A lot of gross stuff can happen on Muni, but we weren’t quite prepared for Muni rider Jean’s submission about a downhill-rolling 22:
Puke on the 22
Riding Muni blows chunks. Just like the girl behind me on the 22 that day. It was a few years ago and this girl who was sitting behind me started getting sick. She didn’t smell like booze, I think she was just having some kind of stomach thing.
Anyway, next thing I know, she puked on the floor of the bus. I heard this splattering noise and felt it splash on to the back of my shoes and my pants. OMG!!!! I tried not to freak out and calmly moved to the front of the bus, wishing more than anything that I could be off the bus and not wearing puke splattered clothes.
All was ok for about five minutes. That’s when the bus started going down a hill. The puke rapidly slid from the back of the bus to the front and everyone let out a collective groan of disgust/panic. That’s when I knew that ride was over.
Apologies if you lost your lunch a little just now. I know I did. So what’s a hygienic Muni rider to do? Dear Muni Manners ladies, got any tips for us to keep it clean and righteous on the bus?
Photo by Flickr user So Cal Metro
From Muni rider Blake:
So I’ve seen cans, tall boys, 40’s, and even handles of booze on the bus before… but you hafta hand it to this guy for really steppin’ up the game. Yes, that’s two kegs, and yes, this was at 7 a.m. this morning. God bless San Francisco.
UPDATE: This came in from Blake later in the day Thursday:
I would have followed him off had his terrible stench not deterred me! This occurred on the 43 — outbound this morning. He was just hanging casually in the back when I got on at California and Presidio. I snapped the pic, sat down and was promptly drawn into my book. A few stops down the line a nasty funk crept up my nostrils and almost pushed my Clif bar back out the wrong way. I looked up and watched him lumber towards me, and then out the door at Haight and Masonic. Looks like the bum/punks had a great day!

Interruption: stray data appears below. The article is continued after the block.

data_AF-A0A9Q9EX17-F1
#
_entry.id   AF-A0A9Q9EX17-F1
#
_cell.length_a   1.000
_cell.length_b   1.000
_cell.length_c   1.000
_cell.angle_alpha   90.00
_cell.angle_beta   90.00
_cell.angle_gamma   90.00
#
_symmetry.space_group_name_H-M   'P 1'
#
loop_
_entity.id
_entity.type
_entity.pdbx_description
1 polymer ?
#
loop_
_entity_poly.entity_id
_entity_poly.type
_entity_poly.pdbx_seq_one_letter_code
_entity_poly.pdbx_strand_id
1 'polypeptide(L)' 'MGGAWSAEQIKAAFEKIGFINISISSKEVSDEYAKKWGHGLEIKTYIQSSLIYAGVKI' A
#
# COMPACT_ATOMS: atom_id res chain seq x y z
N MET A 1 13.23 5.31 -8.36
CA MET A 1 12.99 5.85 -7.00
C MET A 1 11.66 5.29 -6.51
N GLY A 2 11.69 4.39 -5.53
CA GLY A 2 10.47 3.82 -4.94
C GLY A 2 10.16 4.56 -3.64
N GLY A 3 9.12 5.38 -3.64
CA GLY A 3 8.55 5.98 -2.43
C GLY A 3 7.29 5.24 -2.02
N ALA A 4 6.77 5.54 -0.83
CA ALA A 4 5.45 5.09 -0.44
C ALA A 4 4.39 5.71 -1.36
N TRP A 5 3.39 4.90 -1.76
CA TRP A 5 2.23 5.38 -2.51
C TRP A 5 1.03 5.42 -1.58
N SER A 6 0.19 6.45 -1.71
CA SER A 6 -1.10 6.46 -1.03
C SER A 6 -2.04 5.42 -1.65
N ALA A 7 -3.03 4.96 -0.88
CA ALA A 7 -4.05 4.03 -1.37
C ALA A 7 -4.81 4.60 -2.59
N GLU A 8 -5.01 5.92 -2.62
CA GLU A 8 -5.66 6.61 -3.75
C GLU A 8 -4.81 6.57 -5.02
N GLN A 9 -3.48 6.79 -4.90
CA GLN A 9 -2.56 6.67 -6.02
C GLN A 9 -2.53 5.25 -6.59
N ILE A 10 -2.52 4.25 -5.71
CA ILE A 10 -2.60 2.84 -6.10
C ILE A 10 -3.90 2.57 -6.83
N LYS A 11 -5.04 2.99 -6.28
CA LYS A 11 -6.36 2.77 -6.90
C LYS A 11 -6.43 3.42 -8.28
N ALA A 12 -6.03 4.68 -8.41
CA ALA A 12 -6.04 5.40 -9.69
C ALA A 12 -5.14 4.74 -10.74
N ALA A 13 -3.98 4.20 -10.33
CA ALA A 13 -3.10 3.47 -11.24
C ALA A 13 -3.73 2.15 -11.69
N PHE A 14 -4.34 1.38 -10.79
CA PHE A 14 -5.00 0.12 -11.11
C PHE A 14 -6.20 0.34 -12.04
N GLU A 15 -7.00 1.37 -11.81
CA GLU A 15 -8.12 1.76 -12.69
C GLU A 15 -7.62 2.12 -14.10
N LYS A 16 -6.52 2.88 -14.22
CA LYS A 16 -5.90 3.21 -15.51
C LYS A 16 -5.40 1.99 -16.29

What did you see on Muni today? Send us your pics at email@example.com.
Coming home Wednesday on the 6, it was a typical evening rush-hour crowd. By about 6th St, everyone was squished together in the aisles. Luckily, having gotten on at 2nd, I had a precious seat near the back door.
At about 9th St, the bus driver yells, “Wheelchair coming on, clear the wheelchair seats!” and I’m proud to report that those people dutifully cleared the way as the man in the wheelchair carefully rolled his way down the aisle. Things were looking good; the wheelchair guy was joking around with some other passengers about the difficulty of parallel parking his chair into the space on the bus and no one seemed miffed to have been forced to stand on an already crowded bus.
The latest installment in Tiffany Maleshefski’s Muni Mind Reader series peers inside the mental machinations of the so-called tweaker. This is someone we’ve all seen on the bus or on the street and probably tried to ignore. But hey, they’re people too.
Hellloooo fellow bus passengers! Hello! Hi. Hi there. Is that a baby? Is this your baby? HI BABY!!! You like coffee, huh? I HATE YOU. Why is everyone looking at me? HEY DRIVER! IS THIS MY STOP? What is Gavin Newsom doing anyway? DRIVER! Give me my transfer. Yes, I paid you. OKAY FINE! I don’t know why everyone picks on me. Sigh.
Yes! I am the tweaker!
I go from low to high
And I’ll be tweakin’ till the day I die
I was just singing The Who. You know, The Who? Never mind.
This delightful tale is by Amy
Ok, so apparently it’s Gross on BART week, although I don’t remember seeing a press release. (Sorry, I didn’t snap any pictures).
On the way home yesterday, this guy with a beard and baseball cap was reading Playboy on BART. A group of middle-aged women, noticing this, got up quickly and scattered like he was contagious or something. One of them said, quite loudly, “I GUESS HE’S READING IT FOR THE ARTICLES.”
Bearded guy, clearly only slightly embarrassed, folded the magazine cover over and continued to look at it.
But what I saw this morning will stick with me for a month, at least.
I don’t know about you, but I can appreciate a certain level of honesty with some things, including breaking the law. Especially if you get caught. (“Ah. Yes, officer, I know how fast I was going. Very fast, indeed”.) By the same token, I also appreciate subtle, off-script ways of punishing people for doing so.
Fare jumpers often seem more nonchalant than anything else. They keep their heads down as they wrench those back doors open by their fingernails, and generally don’t say much or cause a ruckus while they’re trying not to get squished in the doorway.
This gal on a 10-Townsend one afternoon put them all to shame.